The Minister of Labour and Employment, Dr. Chris Ngige, has appealed to the Academic Staff Union of Universities ASUU) to call off its 24 hours old strike just as the social media has been abuzz with suggestions that the Minister of Education, Mallam Adamu Adamu, is an avid supporter of ASUU strikes.
But the accusation is a fall-out from comments he made as a newspaper columnist four years ago.
In his comment, he had written on November 15, 2013 in the Daily Trust: “So, instead of hectoring ASUU to call off its strike, the nation should be praying for more of its kind in other sectors of the economy. Since the government has shown itself incapable of doing the right thing until it is forced, the nation should be thinking of organising the association of Nigerian farmers to go on strike to force the government to do for agriculture what ASUU has been struggling to make it do for education.
“Certainly, something drastic and dramatic is needed to force the government to stop the mindless destruction and degradation of our environment, to persuade it to change its neglect of agriculture and steer the nation towards agricultural self-sufficiency as ASUU has tried to steer it in the direction of educational excellence.”
However, Ngige, in a statement from his office Tuesday said, “The Federal Government has set up the Babalakin Committee on 13th Feb. 2017, which is already addressing the issues raised by ASUU.
“Though the Federal Government did not wish to apportion blame, it is important to note that ASUU did not follow due process in the declaration of the industrial action.
“As it did not give the Federal Government, the mandatory 15 days’ notice as contained in the Section 41 of Trade Disputes Act, Cap T8, 2004.
“In fact, it was on 14th August 2017 that the Office of the Minister received a letter dated 13th August 2017 from ASUU, that is, one full day after it commenced the strike.”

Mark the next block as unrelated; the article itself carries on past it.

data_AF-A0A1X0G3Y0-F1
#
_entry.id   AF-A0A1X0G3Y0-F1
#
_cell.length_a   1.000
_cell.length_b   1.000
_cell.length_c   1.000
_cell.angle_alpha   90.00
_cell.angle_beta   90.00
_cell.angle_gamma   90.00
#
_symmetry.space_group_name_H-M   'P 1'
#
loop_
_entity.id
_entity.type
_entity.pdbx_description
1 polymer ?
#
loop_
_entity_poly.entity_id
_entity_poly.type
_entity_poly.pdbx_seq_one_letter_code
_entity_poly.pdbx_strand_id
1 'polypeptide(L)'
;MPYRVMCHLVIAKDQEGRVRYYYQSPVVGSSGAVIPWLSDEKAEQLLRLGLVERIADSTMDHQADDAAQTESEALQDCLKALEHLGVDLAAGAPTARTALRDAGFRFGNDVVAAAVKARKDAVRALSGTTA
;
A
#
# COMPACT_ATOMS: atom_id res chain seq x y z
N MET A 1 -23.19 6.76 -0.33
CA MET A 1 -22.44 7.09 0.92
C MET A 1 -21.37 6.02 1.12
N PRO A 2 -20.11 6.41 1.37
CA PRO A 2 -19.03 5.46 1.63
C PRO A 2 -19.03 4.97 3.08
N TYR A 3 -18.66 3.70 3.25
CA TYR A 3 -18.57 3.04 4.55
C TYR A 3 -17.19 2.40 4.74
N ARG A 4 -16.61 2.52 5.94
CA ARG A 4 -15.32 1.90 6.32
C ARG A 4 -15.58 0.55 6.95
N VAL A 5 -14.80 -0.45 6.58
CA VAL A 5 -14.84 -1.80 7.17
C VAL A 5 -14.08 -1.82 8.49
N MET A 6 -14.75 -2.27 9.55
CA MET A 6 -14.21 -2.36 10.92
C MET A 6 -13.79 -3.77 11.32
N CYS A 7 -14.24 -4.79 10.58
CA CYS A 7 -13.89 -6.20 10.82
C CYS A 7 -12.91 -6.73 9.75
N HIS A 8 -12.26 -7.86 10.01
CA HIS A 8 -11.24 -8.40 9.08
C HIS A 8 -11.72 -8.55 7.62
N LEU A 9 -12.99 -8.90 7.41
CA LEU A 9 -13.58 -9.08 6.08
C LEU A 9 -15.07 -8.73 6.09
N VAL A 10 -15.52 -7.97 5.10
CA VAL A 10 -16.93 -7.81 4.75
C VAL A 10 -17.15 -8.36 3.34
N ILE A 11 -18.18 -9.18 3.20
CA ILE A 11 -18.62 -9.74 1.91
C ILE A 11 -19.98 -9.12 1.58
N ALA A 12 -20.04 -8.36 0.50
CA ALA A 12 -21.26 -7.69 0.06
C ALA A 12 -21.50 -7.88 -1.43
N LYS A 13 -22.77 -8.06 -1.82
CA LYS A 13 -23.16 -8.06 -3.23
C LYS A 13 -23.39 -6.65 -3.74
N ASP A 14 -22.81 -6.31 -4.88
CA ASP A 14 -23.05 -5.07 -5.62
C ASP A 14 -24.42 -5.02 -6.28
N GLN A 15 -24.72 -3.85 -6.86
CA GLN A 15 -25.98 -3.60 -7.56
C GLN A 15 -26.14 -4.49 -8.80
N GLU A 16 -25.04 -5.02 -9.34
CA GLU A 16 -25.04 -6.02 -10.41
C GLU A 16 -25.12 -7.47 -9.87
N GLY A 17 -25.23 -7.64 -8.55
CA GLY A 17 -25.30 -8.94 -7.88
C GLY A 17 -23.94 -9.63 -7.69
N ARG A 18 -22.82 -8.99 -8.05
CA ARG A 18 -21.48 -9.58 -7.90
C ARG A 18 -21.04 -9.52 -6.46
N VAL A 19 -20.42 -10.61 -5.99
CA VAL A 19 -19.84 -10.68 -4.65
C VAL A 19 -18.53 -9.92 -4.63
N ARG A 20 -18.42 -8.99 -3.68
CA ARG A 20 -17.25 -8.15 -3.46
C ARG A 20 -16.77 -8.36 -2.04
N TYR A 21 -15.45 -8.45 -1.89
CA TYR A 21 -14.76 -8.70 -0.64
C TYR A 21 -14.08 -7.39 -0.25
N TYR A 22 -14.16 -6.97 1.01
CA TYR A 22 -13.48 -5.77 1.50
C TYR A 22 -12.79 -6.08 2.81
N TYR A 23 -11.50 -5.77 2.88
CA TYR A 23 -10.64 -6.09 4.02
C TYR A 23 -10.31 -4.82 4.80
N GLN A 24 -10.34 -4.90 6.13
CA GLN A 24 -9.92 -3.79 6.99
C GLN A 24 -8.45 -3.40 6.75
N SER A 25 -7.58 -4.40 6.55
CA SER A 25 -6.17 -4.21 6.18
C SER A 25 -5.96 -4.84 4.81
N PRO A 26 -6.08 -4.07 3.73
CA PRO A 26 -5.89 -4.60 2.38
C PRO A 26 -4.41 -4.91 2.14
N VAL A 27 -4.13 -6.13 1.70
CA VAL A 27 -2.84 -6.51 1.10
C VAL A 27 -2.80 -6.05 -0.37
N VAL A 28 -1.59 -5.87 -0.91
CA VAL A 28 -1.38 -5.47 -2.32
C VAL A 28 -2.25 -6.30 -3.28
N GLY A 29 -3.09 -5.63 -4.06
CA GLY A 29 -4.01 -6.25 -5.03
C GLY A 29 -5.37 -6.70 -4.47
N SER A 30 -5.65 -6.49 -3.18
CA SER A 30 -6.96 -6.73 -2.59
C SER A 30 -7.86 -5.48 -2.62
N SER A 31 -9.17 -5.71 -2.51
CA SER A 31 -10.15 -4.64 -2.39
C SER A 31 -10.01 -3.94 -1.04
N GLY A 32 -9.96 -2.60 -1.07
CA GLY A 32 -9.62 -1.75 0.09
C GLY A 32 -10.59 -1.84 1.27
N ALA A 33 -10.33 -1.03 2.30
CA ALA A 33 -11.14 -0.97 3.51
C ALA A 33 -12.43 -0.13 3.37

The letter, he added, was to announce the strike.
The minister spoke as various other meeting were being held in Abuja, and a source boasted the action by the university lecturers would not exceed a week.
One of such meeting was between Minister Adamu and head of the Federal Government Renegotiation Team, Dr. Wale Babalakin (SAN).
The lawyer told journalists that the strike will not last long.
Also Tuesday, the Secretary-General, Committee of Vice Chancellors (CVC), Prof Michael Faborode, noted that government knows how bad things were in public universities.
He added in a statement: “Yet government after government play around with the future and destiny of the country, while more and more government officials and the rich send their children to oversees …(the) institutions (here are left) to decay, while we scamper overseas draining the already dwindling resources to sustain other economies.
“There should have been no strike with forthright engagement with the education sector, but we have been playing to the gallery, while serious apprehension persists about the state of our education from primary to tertiary level.
“The way forward is a visible programme. It is very obvious that the nation is handling education with levity and disturbing insincerity and we have to face the reality. Pretending or hoping that we can continue to patch-patch without serious soul-searching and redefinition of purpose Will be wishful thinking.